LAC LA BICHE - On Nov. 23, Lac La Biche County residents had an opportunity to get a glimpse of the County’s roughly $70 million 2023 budget concept and offer feedback before it is approved this winter.
With several major capital projects, recreation improvements, and a long list of long and short-term goals ready to be tabled by County council in the next several weeks, it is important to include taxpayers in the conversation, said Zeeshan Hasan, the County’s manager of finance.
“Our goal was to get genuine feedback from the public and hear what they have to say and give them the opportunity to provide feedback before council makes decisions on things… I think we're getting that,” he said, during the budget open house held at the Bold Center.
The event saw roughly 15 guests stop by throughout the evening, engaging with several administrative departments and municipal officials. On Nov. 22, a budget town hall was held in Plamondon which saw nine residents participate.
Aiming for more
Large-scale capital projects include the $16 million Main Street Revitalization, which involves repairing aging underground utility infrastructure, new street lighting, bulb-out traffic controls, architectural designs, and aesthetic improvements throughout the downtown area. A new $27 million Aquatic Centre, an expansion to the Bold Center recreation facility, and the $4.6 McArthur Park improvements are the big tasks that are top of mind for council, said Hasan.
“Council has already approved some of the projects and the goal for 2023 is to continue building on those projects,” he said, as this year's theme is centered around “seeding for growth.”
After speaking with residents, Hasan says many people are hoping to see programs, recreation and infrastructure services levels, like snow removal, continue to be a priority. Hassan says the 2023 budget proposes that “all those service levels are being maintained” throughout the upcoming fiscal year.
Lengthy list of obligations
While large capital projects move forward, many small projects and services backdated from previous councils are a primary objective this year too, said County Mayor Paul Reutov.
“The vision is to finally accomplish all the projects that have been discussed over the last five or six years,” he says, referring to roadwork, water and sewer services, infrastructure services and social program commitments.
“You'll always have your roadways, your bridges, your schools, the healthcare, there is the shoreline, there's the waste management. Everything is still there. We're not taking anything off the table. We're just trying to be as efficient as possible and ramp up completion deadlines.”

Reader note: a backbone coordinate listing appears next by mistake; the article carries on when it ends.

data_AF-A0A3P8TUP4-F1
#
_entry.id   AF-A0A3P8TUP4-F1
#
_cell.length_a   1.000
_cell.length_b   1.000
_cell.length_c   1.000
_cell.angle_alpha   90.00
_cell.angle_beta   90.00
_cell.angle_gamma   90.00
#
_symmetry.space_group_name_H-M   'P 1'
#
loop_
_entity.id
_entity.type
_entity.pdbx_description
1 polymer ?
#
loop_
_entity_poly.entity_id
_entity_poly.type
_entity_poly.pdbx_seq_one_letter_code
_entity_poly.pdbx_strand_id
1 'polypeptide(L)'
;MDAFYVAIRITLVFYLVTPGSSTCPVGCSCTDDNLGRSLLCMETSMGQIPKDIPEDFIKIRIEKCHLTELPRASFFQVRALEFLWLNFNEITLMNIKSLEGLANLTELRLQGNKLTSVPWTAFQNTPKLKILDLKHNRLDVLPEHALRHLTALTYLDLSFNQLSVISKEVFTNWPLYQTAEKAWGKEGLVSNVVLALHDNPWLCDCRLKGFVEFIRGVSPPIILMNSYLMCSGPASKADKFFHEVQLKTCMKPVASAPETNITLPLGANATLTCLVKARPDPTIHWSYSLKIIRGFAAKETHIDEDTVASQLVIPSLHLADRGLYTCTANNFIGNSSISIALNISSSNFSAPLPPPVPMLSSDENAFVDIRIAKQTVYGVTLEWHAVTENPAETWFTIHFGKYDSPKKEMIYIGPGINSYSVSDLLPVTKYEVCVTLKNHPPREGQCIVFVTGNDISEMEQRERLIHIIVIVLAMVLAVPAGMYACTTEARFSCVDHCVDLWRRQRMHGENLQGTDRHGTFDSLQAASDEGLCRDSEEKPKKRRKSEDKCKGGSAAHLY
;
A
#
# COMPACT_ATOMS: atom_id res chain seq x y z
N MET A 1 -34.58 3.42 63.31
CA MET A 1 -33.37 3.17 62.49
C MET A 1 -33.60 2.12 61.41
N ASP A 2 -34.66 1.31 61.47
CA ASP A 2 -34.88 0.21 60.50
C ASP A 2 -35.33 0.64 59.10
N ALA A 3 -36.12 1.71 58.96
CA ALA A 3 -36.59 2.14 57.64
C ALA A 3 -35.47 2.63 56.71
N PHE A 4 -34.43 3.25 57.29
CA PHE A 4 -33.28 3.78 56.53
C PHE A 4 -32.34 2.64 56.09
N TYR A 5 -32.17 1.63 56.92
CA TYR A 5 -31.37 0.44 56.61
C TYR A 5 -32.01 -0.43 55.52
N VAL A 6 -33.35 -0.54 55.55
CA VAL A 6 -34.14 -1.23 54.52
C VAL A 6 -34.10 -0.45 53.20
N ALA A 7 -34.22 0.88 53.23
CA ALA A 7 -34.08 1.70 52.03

And with the continued efforts to engage with residents on their vision through public budget events, Reutov says it is giving taxpayers insight into how complex the budget process is.
“So far everything is positive. I think people understand that the County’s got a big job. Budgets are always contentious.”
Getting residents engaged
While most residents did not attend the open house, a new online tool rolled out this fall is giving residents an opportunity to apply the roughly $76.8 million budget to the County's operations. The tool allows people to understand limitations and where funding priorities lie, said Jihad Moghrabi, the County’s communications manager.
“It teaches you about each of the county’s departments’ budgets and choices. So, you learn what each department’s budget is, you know what the issues they're facing are and also concerns… and the initiatives they're looking at,” from expanding services to projects within each department.
“It really gives you like a good holistic budget,” said Moghrabi.
With all the data collected from users who submitted their budget suggestions until Nov. 25, that data will be compiled and given to council, he explained.
“So, we get a really consistent set of feedback that we can share with Council… If they’re [council] seeing a common theme, they [council] can make some adjustments. They can take that into account.”
The service will continue to be available for residents to utilize for engagement past the Nov. 25 date, he added.
Finalizing the budget
Over the next several weeks, there will be a lot of deliberations and tough financial decisions to make, the County’s Chief Administrative Officer (CAO) Dan Small said.
“Running the budget is no different than running your house. There are more things you want to do than the money you’ve got.”
The goal is to achieve a budget reflective of the community and council's vision to complete capital projects and create economic growth and social wellness in the County for years to come, said Small.
“Our budget year is January to December. So hopefully, on Dec. 13—or at least certainly in a meeting before Christmas —we will get the budget approved. We’ve been doing that for several years now.”